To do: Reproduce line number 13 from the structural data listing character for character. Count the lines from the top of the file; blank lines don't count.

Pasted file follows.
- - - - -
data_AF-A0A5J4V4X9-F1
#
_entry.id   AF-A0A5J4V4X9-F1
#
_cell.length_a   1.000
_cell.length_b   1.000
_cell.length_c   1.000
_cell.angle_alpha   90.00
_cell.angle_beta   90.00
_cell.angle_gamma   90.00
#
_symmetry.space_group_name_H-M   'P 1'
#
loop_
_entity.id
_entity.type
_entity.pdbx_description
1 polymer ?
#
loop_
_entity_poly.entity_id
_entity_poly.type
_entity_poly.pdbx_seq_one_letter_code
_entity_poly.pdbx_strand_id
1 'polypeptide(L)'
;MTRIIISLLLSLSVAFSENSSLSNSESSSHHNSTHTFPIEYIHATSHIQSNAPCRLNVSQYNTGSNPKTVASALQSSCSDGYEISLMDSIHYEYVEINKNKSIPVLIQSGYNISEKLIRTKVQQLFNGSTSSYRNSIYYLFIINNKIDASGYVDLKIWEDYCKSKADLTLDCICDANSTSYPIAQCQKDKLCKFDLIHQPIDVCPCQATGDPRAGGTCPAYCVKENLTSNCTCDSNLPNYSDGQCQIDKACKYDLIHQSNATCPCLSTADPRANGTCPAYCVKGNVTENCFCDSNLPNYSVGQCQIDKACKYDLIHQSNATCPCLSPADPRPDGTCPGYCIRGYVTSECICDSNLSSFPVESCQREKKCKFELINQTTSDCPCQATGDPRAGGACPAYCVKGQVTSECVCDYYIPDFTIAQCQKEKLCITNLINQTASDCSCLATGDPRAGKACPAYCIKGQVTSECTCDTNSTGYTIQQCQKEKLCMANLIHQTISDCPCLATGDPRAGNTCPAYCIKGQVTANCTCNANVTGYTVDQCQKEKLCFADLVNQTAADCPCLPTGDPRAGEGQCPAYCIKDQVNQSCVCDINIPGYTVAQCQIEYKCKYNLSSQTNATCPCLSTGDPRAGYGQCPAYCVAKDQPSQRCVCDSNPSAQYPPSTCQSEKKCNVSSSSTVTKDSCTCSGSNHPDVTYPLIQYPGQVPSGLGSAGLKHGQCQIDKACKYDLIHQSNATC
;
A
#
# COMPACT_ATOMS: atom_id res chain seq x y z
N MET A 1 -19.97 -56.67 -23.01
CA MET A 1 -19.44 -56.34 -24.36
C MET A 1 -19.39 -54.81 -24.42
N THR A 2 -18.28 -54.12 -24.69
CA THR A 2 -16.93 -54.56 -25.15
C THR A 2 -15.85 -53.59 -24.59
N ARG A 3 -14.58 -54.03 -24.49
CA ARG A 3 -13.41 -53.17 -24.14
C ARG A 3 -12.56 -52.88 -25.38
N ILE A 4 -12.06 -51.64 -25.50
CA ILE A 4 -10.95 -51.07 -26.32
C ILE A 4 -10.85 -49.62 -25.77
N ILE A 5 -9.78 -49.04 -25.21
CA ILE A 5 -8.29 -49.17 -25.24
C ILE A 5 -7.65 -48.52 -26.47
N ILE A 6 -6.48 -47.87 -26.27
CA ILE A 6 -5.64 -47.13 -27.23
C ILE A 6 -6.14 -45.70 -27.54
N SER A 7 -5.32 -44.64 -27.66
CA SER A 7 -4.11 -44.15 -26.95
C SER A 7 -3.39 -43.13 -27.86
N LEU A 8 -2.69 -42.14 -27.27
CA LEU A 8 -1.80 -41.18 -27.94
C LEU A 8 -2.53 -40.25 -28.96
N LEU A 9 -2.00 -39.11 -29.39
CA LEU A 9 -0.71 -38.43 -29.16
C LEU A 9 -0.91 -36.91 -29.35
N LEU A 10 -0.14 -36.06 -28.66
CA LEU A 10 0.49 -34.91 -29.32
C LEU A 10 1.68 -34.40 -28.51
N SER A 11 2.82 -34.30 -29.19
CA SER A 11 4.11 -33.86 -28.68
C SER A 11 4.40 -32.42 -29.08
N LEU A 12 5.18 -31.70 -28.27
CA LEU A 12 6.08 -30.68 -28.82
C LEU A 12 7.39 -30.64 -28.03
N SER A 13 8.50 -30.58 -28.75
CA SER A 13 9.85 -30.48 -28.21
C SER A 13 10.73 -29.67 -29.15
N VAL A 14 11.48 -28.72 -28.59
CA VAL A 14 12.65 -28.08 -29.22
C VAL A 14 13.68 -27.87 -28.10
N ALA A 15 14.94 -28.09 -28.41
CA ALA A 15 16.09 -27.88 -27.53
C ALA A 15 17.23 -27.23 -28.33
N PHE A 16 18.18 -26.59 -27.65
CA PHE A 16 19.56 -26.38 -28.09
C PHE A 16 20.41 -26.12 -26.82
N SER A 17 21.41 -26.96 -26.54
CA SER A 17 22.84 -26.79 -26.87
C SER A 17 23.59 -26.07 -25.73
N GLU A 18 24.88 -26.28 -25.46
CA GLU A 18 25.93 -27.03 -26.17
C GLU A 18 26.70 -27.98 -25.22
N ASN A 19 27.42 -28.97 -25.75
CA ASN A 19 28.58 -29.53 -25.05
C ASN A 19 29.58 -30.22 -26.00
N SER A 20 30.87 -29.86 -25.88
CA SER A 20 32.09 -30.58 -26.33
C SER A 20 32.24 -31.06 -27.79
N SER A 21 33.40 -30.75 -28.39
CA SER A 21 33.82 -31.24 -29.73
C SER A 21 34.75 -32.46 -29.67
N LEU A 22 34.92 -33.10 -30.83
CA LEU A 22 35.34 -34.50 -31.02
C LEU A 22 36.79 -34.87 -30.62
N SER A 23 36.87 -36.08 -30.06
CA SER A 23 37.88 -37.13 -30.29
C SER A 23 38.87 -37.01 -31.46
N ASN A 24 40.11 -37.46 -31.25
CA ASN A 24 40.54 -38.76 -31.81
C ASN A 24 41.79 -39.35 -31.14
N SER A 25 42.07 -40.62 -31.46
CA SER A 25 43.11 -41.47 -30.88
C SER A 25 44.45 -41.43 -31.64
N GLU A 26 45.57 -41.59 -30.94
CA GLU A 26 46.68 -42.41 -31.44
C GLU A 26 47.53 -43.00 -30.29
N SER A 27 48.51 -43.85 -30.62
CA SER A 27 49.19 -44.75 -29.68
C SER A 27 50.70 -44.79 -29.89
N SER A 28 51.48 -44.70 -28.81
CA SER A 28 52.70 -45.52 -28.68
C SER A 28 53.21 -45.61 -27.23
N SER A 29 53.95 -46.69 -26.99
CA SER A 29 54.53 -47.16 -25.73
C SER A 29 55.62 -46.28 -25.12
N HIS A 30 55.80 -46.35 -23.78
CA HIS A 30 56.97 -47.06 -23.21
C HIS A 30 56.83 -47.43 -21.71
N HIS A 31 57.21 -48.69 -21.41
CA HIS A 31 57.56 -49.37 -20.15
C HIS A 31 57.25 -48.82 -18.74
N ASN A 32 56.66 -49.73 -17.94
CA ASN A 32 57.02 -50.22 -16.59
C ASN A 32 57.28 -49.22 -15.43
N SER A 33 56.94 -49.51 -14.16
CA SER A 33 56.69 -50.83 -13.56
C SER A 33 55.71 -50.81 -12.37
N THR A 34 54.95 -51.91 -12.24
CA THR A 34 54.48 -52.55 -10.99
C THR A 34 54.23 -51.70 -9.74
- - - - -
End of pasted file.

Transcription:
#